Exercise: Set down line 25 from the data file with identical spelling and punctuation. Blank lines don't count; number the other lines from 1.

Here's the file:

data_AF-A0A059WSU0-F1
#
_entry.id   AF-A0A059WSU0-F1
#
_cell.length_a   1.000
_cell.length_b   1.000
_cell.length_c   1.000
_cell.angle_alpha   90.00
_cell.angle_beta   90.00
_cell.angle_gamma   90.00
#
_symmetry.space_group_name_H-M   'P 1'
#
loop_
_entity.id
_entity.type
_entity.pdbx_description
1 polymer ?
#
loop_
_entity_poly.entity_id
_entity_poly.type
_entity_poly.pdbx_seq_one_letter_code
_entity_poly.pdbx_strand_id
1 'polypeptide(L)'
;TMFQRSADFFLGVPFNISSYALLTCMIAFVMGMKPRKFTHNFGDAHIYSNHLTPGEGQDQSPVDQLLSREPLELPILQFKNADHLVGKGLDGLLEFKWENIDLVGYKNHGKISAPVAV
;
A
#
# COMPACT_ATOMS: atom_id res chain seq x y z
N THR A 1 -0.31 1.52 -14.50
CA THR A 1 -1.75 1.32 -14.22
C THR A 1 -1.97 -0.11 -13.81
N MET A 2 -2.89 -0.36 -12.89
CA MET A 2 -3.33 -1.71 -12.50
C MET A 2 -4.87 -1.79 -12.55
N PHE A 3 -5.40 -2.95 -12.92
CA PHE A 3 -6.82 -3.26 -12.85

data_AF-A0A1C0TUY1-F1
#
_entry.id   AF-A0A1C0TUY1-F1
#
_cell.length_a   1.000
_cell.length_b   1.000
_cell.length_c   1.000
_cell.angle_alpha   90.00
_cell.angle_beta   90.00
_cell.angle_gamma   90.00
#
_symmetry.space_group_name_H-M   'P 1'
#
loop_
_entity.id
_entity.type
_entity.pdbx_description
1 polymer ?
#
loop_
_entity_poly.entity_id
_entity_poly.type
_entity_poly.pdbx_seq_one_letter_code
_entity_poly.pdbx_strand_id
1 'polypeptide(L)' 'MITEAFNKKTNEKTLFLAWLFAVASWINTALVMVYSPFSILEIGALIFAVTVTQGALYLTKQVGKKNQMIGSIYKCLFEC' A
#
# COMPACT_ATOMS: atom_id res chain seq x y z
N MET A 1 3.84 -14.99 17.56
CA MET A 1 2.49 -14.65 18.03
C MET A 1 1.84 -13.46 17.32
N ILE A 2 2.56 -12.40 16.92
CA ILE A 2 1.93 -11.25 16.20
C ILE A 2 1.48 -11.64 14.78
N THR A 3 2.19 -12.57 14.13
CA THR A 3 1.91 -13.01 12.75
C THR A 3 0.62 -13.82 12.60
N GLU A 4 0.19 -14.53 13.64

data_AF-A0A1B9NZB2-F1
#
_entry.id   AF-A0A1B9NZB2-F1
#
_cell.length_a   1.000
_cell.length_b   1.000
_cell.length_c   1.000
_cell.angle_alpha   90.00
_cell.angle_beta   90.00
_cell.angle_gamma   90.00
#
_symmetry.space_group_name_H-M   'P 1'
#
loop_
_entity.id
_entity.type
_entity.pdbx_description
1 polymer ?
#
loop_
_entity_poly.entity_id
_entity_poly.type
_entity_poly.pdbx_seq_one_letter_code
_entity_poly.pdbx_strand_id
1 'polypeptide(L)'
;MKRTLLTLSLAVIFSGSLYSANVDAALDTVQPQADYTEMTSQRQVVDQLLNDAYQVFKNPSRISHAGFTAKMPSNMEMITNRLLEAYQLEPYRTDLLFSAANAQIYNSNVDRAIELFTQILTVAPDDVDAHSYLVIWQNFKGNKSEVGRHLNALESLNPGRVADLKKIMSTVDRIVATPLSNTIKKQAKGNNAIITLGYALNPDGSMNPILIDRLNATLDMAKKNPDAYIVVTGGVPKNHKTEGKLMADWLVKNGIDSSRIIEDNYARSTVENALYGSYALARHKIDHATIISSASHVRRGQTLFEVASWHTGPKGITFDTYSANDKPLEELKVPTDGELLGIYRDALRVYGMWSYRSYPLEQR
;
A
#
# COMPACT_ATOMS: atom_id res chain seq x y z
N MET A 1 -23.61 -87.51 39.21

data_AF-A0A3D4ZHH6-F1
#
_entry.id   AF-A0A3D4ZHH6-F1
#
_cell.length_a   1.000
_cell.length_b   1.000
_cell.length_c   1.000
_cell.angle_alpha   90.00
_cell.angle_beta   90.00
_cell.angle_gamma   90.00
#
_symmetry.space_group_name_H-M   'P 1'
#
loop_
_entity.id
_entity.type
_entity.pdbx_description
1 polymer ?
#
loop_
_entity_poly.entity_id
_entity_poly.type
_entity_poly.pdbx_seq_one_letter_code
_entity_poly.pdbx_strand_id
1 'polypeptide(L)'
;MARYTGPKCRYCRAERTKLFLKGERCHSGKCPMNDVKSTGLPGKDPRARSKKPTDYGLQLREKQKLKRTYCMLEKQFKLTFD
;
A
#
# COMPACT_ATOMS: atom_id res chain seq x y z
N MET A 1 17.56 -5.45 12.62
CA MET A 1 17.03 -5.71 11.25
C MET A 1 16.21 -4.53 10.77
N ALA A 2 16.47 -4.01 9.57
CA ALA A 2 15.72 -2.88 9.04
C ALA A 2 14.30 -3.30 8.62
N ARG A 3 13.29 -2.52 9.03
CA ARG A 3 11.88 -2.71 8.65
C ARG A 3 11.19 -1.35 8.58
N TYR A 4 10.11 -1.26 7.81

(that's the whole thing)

1 'polypeptide(L)'